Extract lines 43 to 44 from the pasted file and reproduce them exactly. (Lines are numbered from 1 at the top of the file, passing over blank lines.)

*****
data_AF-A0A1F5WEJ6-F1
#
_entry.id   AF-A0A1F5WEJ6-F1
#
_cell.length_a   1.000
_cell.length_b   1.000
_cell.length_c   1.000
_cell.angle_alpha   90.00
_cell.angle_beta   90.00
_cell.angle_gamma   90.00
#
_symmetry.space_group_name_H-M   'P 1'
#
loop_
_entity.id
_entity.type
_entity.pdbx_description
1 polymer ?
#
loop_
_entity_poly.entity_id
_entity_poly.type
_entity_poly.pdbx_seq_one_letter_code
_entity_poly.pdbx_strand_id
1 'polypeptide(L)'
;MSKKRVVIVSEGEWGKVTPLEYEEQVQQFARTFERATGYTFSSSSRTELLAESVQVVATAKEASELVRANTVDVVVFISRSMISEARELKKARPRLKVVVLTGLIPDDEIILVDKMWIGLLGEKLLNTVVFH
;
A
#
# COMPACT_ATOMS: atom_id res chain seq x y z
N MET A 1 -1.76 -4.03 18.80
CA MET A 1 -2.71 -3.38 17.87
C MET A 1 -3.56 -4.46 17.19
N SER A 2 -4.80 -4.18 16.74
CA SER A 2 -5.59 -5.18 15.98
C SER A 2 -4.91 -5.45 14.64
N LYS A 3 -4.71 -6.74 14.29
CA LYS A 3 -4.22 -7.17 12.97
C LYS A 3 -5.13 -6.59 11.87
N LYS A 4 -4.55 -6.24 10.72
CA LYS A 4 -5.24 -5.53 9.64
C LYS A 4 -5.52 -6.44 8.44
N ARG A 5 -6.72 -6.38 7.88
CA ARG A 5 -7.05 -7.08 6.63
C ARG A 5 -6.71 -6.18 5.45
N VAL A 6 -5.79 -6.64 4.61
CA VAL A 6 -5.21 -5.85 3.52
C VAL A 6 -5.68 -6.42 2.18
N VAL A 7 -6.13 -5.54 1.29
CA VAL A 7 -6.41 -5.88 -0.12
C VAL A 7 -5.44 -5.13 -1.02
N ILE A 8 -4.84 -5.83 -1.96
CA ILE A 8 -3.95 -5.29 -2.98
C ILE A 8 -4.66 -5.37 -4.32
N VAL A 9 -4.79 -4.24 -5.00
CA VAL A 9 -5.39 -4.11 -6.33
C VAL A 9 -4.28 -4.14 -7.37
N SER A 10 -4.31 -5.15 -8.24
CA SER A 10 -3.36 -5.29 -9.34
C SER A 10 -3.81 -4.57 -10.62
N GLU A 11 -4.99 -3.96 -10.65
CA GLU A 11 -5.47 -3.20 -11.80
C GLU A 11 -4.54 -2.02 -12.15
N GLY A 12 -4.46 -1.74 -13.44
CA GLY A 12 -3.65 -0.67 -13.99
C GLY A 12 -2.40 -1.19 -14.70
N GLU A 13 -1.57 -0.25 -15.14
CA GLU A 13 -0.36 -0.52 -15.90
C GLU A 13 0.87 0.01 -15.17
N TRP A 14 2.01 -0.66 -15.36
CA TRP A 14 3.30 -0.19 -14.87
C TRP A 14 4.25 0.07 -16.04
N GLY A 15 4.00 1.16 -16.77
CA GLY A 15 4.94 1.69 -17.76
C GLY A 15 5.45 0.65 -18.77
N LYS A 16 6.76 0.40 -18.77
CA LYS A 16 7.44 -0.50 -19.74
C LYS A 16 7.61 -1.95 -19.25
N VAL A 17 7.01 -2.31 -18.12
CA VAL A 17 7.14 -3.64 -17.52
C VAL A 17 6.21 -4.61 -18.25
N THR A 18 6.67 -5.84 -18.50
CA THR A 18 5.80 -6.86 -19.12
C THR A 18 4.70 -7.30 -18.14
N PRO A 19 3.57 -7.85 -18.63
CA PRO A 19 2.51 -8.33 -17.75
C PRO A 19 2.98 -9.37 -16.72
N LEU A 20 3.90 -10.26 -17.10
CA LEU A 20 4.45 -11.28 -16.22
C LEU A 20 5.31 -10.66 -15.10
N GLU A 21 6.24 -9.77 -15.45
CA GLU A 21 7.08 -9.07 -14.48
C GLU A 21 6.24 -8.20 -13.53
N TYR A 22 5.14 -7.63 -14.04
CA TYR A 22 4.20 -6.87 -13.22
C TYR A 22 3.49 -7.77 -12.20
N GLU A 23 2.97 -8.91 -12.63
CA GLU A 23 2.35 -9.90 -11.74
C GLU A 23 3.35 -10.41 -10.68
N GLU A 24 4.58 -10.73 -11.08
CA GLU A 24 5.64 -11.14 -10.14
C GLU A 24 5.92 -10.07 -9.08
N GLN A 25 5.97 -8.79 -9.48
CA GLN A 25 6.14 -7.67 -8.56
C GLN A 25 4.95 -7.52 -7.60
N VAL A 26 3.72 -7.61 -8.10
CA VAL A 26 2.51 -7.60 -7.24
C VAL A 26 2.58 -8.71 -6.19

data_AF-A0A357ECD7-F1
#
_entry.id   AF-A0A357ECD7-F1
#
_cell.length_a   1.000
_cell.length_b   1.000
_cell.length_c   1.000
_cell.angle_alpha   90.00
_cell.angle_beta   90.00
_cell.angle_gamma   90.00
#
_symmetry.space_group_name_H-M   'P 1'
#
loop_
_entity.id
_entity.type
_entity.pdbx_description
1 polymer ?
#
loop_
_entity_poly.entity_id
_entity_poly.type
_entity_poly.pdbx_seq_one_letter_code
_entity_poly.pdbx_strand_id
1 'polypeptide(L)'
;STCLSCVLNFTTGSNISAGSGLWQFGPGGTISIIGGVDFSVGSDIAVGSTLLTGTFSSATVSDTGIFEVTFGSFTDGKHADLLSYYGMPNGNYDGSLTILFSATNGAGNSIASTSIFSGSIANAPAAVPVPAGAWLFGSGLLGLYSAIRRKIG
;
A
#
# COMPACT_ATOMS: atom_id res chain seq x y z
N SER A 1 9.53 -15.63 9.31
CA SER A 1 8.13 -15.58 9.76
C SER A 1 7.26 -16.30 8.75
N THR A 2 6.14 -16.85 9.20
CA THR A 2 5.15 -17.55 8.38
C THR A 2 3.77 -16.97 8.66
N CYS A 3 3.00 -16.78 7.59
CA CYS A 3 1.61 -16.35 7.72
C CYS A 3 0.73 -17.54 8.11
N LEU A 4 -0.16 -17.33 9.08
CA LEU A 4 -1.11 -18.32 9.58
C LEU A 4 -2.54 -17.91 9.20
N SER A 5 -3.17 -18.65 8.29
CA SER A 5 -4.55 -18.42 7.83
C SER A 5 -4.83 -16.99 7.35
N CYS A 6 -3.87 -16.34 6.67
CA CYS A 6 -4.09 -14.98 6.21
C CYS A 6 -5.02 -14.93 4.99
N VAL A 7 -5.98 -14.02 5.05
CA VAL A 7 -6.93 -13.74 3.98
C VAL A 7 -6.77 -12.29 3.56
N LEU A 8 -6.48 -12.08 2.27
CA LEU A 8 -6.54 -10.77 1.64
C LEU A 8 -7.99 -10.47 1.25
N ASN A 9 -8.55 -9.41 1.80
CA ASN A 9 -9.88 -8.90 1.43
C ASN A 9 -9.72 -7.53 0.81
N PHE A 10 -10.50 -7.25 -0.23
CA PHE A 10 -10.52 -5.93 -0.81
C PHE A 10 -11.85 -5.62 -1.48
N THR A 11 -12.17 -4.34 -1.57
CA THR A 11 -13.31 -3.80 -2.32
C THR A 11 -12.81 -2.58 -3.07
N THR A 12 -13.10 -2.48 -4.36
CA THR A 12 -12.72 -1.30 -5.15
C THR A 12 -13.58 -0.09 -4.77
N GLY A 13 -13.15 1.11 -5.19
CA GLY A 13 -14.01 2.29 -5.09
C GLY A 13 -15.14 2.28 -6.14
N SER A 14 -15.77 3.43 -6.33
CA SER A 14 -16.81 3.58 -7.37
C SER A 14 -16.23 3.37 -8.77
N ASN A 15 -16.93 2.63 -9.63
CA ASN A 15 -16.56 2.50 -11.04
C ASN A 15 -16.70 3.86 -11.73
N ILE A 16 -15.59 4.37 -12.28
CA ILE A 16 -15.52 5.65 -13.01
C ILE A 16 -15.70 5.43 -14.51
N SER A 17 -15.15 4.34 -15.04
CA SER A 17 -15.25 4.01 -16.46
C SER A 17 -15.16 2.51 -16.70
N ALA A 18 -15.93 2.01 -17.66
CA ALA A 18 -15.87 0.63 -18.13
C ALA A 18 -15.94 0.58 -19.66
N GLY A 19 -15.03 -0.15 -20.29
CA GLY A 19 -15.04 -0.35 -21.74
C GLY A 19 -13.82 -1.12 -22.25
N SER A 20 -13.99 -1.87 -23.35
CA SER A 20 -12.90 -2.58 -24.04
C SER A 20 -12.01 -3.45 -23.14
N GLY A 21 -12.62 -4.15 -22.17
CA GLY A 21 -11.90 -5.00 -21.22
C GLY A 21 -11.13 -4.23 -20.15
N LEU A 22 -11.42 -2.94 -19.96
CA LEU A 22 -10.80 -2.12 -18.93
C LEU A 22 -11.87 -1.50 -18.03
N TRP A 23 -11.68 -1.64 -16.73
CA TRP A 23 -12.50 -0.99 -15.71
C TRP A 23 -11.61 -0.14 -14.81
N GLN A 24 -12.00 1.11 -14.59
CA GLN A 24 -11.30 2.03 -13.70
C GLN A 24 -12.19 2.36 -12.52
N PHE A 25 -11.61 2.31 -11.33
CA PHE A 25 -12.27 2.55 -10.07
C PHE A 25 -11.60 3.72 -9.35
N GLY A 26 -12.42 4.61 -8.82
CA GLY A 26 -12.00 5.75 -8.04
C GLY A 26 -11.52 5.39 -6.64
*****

N ARG A 5 -6.72 -6.38 7.88
CA ARG A 5 -7.05 -7.08 6.63